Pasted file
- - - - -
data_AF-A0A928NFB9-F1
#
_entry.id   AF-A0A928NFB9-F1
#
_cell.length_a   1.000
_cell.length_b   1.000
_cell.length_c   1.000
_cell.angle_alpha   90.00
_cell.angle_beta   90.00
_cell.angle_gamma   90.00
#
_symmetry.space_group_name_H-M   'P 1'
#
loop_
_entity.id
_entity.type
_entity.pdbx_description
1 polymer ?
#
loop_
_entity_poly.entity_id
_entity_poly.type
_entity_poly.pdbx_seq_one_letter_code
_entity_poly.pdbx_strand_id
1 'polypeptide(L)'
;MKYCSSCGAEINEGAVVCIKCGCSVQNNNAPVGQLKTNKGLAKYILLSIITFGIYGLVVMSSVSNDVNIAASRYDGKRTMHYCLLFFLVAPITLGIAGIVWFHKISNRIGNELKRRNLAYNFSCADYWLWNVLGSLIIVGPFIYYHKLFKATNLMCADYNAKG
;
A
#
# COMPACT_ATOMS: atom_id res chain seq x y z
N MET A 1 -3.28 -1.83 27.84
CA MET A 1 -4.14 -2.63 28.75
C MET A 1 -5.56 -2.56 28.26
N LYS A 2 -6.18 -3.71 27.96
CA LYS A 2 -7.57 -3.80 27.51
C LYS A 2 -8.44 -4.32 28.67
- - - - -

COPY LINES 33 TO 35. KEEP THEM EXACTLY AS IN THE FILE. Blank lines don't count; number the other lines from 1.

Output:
C MET A 1 -5.56 -2.56 28.26
N LYS A 2 -6.18 -3.71 27.96
CA LYS A 2 -7.57 -3.80 27.51